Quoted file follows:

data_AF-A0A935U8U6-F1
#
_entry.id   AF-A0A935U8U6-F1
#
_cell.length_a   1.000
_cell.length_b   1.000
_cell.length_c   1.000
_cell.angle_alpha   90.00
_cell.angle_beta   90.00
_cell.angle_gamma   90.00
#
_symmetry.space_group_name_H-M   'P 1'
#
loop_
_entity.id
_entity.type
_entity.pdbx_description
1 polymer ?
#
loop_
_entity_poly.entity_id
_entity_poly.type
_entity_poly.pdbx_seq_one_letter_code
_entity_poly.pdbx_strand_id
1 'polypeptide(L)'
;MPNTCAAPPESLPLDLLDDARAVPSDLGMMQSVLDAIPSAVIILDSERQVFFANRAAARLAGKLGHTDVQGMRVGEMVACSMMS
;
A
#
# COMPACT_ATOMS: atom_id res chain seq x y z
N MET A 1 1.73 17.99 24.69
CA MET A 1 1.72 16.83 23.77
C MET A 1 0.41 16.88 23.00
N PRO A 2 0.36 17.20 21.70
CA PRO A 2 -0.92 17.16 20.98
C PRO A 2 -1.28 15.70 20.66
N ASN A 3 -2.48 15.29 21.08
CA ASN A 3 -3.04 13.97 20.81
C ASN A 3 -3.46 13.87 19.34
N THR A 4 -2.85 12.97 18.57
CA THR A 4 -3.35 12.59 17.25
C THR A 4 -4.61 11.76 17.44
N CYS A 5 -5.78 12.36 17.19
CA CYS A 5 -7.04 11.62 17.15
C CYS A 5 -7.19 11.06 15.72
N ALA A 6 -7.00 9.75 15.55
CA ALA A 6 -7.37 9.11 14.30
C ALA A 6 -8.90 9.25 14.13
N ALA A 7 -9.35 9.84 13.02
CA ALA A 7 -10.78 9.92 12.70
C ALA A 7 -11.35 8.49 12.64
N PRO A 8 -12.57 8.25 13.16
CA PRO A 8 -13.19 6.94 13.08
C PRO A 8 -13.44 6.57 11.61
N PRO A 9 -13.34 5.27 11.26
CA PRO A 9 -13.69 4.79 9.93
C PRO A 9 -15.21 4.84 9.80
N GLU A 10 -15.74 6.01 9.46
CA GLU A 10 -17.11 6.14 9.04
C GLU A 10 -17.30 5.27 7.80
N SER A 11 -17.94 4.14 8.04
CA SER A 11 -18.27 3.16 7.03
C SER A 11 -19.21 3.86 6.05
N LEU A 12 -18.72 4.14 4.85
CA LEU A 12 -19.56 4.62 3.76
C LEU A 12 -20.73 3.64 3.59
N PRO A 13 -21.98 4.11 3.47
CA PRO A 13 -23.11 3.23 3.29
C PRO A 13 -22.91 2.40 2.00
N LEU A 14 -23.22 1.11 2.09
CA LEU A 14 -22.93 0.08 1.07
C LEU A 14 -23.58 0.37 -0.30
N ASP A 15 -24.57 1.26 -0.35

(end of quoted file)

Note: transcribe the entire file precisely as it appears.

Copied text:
data_AF-A0A935U8U6-F1
#
_entry.id   AF-A0A935U8U6-F1
#
_cell.length_a   1.000
_cell.length_b   1.000
_cell.length_c   1.000
_cell.angle_alpha   90.00
_cell.angle_beta   90.00
_cell.angle_gamma   90.00
#
_symmetry.space_group_name_H-M   'P 1'
#
loop_
_entity.id
_entity.type
_entity.pdbx_description
1 polymer ?
#
loop_
_entity_poly.entity_id
_entity_poly.type
_entity_poly.pdbx_seq_one_letter_code
_entity_poly.pdbx_strand_id
1 'polypeptide(L)'
;MPNTCAAPPESLPLDLLDDARAVPSDLGMMQSVLDAIPSAVIILDSERQVFFANRAAARLAGKLGHTDVQGMRVGEMVACSMMS
;
A
#
# COMPACT_ATOMS: atom_id res chain seq x y z
N MET A 1 1.73 17.99 24.69
CA MET A 1 1.72 16.83 23.77
C MET A 1 0.41 16.88 23.00
N PRO A 2 0.36 17.20 21.70
CA PRO A 2 -0.92 17.16 20.98
C PRO A 2 -1.28 15.70 20.66
N ASN A 3 -2.48 15.29 21.08
CA ASN A 3 -3.04 13.97 20.81
C ASN A 3 -3.46 13.87 19.34
N THR A 4 -2.85 12.97 18.57
CA THR A 4 -3.35 12.59 17.25
C THR A 4 -4.61 11.76 17.44
N CYS A 5 -5.78 12.36 17.19
CA CYS A 5 -7.04 11.62 17.15
C CYS A 5 -7.19 11.06 15.72
N ALA A 6 -7.00 9.75 15.55
CA ALA A 6 -7.37 9.11 14.30
C ALA A 6 -8.90 9.25 14.13
N ALA A 7 -9.35 9.84 13.02
CA ALA A 7 -10.78 9.92 12.70
C ALA A 7 -11.35 8.49 12.64
N PRO A 8 -12.57 8.25 13.16
CA PRO A 8 -13.19 6.94 13.08
C PRO A 8 -13.44 6.57 11.61
N PRO A 9 -13.34 5.27 11.26
CA PRO A 9 -13.69 4.79 9.93
C PRO A 9 -15.21 4.84 9.80
N GLU A 10 -15.74 6.01 9.46
CA GLU A 10 -17.11 6.14 9.04
C GLU A 10 -17.30 5.27 7.80
N SER A 11 -17.94 4.14 8.04
CA SER A 11 -18.27 3.16 7.03
C SER A 11 -19.21 3.86 6.05
N LEU A 12 -18.72 4.14 4.85
CA LEU A 12 -19.56 4.62 3.76
C LEU A 12 -20.73 3.64 3.59
N PRO A 13 -21.98 4.11 3.47
CA PRO A 13 -23.11 3.23 3.29
C PRO A 13 -22.91 2.40 2.00
N LEU A 14 -23.22 1.11 2.09
CA LEU A 14 -22.93 0.08 1.07
C LEU A 14 -23.58 0.37 -0.30
N ASP A 15 -24.57 1.26 -0.35